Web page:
Cover image for A bird and his worm
Title:
A bird and his worm
Author:
Kaczman, James.
Personal Author:
Publication Information:
Boston : Houghton Mifflin Company, [2002]

©2002
Physical Description:
1 volume (unpaged) : color illustrations ; 24 x 28 cm
Summary:
A bird who doesn't like to flap his wings and the worm he has befriended learn the dangers of trusting strangers as they travel south together for the winter.
Language:
English
Program Information:
Accelerated Reader AR LG 3.6 0.5 65843.
ISBN:
9780618094608
Format :
Book

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PIC. BK. Juvenile Fiction Picture Books
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On Order

Summary

Summary

In a beautiful, green valley somewhere in the North, there once was a bird who did not fly.This bird preferred to walk.All the other birds thought his behavior was very odd, so he led a fairly solitary existence.That is, until he befriends an extremely affable worm who joins him on his journey south in search of warmer weather.A lot of people might think it strange for a nonflying bird and a sociable worm to be friends, but that's exactly what happens in this unusual story about the power of friendship, the sway of charm, and the importance of having a good Plan B.


Author Notes

James Kaczman received a bachelor of fine arts degree from Massachusetts College of Art in 1982 and also studied at the School of the Museum of Fine Arts in Boston. He lives in a beautiful, green valley somewhere in the North, where he is a full-time illustrator. He resides there with his wife, Libby, his son, Henry, and a wire fox terrier named Chauncey, who is a funny, charming fellow.


Reviews 3

Booklist Review

PreS^-Gr.2. The bird in this tale doesn't fly, he prefers to walk; the other birds think him quite odd. He befriends a worm who fears him, but the bird notes, "You are slimy and squishy. I find you completely unappetizing." The duo becomes friends, and when it's time for the bird to head South for the winter, bird and worm hitch a ride on the back of a fox. The fox figures that they are lunch; however he is so delighted by their conversation that he lets them go. A ride on a snake proves less lucky, even though they inform him they are "charming funny fellows." Finally they escape and do fly South--on an airplane. This text gets most of its punch from the bird's commentary, although it might have been nice for readers to get at least a smidge of the conversation that so endeared him and the worm to the fox. Kaczman mixes geometric and rolling shapes and splashes them with sunny, verdant color to make his winsome and offbeat story shine. --GraceAnne A. DeCandido


Publisher's Weekly Review

In this chirpy picture book, Kaczman incorporates the geometric shapes and pleasingly flat colors used in his debut, When a Line Bends... A Shape Begins, to craft an original if familiar-feeling fable about a bird of a different feather. The titular bird would rather walk than fly ("I don't really have anything against flying,... but I love walking around... and besides, I don't like to flap my wings") and prefers seeds to live foodstuffs. Kaczman shows him explaining himself to a quartet of winged fellows (they think, "He is very odd"). The bird then befriends a talkative worm. The chatty pair enjoy their daily walkabouts until winter begins its approach, and the duo hatch a plan to head south on the back of a sly fox. Luckily, the fox can't eat his prey as originally intended because he's come to know them as "charming, funny fellows," but their next lift, a snake, is not charmed by them. Luckily again, they discover a more modern mode of transportation. Kaczman's text clips along as the very social bird and worm make plentiful conversation. His boldly outlined ink-and-watercolor compositions in a crisp palette of mustard yellow, burnt orange and cornflower blue emit a sunny vibe that, together with his triangular shapes and half circles, suggests a kind of preschool fantasy land. Ages 4-8. (Sept.) (c) Copyright PWxyz, LLC. All rights reserved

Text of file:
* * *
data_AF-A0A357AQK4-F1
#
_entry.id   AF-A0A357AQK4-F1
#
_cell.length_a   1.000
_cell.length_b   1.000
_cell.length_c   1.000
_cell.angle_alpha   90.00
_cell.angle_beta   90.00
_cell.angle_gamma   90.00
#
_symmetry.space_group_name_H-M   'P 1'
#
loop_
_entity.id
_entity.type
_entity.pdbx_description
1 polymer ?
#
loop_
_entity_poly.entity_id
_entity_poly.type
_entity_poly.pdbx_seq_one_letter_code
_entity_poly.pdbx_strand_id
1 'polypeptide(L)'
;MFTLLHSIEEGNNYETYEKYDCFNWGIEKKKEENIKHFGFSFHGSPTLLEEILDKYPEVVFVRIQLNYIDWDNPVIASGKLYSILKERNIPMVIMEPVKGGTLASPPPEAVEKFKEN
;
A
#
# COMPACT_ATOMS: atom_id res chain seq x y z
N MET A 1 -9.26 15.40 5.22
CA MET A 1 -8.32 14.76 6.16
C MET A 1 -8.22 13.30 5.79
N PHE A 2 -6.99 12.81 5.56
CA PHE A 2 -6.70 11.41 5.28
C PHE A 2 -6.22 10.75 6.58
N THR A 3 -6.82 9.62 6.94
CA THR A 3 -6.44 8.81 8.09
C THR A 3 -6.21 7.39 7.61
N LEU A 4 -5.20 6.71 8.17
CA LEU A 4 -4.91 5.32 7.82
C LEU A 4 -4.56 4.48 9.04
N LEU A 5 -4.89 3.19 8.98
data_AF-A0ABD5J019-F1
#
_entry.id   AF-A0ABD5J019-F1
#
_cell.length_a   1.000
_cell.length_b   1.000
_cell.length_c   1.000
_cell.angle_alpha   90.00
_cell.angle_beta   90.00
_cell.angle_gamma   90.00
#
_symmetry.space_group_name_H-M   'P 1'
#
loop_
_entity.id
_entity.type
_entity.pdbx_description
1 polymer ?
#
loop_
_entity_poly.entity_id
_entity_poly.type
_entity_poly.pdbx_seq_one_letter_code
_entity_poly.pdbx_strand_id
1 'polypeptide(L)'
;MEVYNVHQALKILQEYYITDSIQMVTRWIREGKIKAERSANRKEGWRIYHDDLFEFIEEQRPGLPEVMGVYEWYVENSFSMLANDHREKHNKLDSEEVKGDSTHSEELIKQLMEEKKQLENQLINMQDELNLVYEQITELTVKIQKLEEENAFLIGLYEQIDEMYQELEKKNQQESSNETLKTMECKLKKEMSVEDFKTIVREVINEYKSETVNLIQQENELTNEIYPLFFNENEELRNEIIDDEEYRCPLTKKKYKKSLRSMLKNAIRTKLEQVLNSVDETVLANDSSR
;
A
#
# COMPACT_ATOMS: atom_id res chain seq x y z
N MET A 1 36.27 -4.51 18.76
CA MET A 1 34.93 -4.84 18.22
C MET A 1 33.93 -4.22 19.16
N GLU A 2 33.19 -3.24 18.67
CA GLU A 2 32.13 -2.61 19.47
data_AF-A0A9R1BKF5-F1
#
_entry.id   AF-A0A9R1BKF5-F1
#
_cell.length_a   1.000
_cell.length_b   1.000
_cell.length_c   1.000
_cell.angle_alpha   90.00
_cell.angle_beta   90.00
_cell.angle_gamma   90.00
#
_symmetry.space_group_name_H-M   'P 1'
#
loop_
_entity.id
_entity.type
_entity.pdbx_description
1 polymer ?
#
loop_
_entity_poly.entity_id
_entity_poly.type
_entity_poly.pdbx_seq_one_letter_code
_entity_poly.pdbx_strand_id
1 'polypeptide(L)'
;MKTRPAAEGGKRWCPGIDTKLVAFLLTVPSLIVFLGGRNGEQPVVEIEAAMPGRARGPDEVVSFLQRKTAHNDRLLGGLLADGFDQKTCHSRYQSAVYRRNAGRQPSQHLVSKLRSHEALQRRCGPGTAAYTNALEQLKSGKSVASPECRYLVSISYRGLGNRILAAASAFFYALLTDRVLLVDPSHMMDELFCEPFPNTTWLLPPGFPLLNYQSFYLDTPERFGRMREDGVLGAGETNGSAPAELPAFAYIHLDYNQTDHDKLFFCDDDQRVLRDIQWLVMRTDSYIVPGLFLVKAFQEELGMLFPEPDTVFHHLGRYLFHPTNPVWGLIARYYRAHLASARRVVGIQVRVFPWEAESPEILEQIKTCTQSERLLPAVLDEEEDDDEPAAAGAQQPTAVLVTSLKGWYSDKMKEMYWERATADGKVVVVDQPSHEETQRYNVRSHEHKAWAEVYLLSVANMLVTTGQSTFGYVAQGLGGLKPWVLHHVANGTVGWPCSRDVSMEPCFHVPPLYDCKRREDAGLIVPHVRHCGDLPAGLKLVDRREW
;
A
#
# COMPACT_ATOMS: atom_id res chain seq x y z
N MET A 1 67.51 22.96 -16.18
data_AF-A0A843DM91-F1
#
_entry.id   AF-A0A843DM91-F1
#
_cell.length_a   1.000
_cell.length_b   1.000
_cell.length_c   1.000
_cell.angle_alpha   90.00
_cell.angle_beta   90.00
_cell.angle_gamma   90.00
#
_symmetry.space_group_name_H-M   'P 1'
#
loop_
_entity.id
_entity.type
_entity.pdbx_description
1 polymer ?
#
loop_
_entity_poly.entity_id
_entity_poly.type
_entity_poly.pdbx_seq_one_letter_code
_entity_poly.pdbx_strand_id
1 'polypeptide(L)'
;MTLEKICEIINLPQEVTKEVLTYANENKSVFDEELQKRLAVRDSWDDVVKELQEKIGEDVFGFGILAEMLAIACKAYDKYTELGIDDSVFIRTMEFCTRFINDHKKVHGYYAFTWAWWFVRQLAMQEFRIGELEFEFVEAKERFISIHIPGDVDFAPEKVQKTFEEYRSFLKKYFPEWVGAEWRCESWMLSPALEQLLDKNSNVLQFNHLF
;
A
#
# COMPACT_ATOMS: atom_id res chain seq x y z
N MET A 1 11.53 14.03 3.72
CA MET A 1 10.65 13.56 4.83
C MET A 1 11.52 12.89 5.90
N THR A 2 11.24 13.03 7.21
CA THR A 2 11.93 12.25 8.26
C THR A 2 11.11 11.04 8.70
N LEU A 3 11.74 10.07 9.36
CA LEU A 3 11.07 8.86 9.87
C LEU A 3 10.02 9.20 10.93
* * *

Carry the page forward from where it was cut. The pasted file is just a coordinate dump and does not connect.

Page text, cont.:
School Library Journal Review

PreS-Gr 2-In this fablelike story, a bird that only eats seeds and berries and does not fly befriends a worm. The two begin walking south for the winter and meet up with a fox. He gives them a ride on his back, with the intent of eating them, but changes his mind. When he leaves, he warns them against accepting rides from foxes, and they ask a snake to carry them. After he tries to eat them, they realize that it is not safe to ask strangers for rides, and the bird and worm walk to an airport and fly to their destination in an airplane. This book addresses an important safety issue. The bird and worm think that they are charming and clever, and that no one will hurt them, but their foolishness nearly costs them their lives. While the message is important, the text is slightly didactic and the ending seems a bit rushed. The ink-and-watercolor illustrations are stronger than the text, and Kaczman succeeds at creating interesting characters; the bird is formed out of basic shapes and the elongated fox and snake are threatening, conniving creatures. The colors are lush and vibrant, and objects are outlined in black; curving lines depict movement and energy throughout the mostly full-page spreads. While the illustrations will have appeal, this isn't a first purchase.-Shawn Brommer, South Central Library System, Madison, WI (c) Copyright 2010. Library Journals LLC, a wholly owned subsidiary of Media Source, Inc. No redistribution permitted.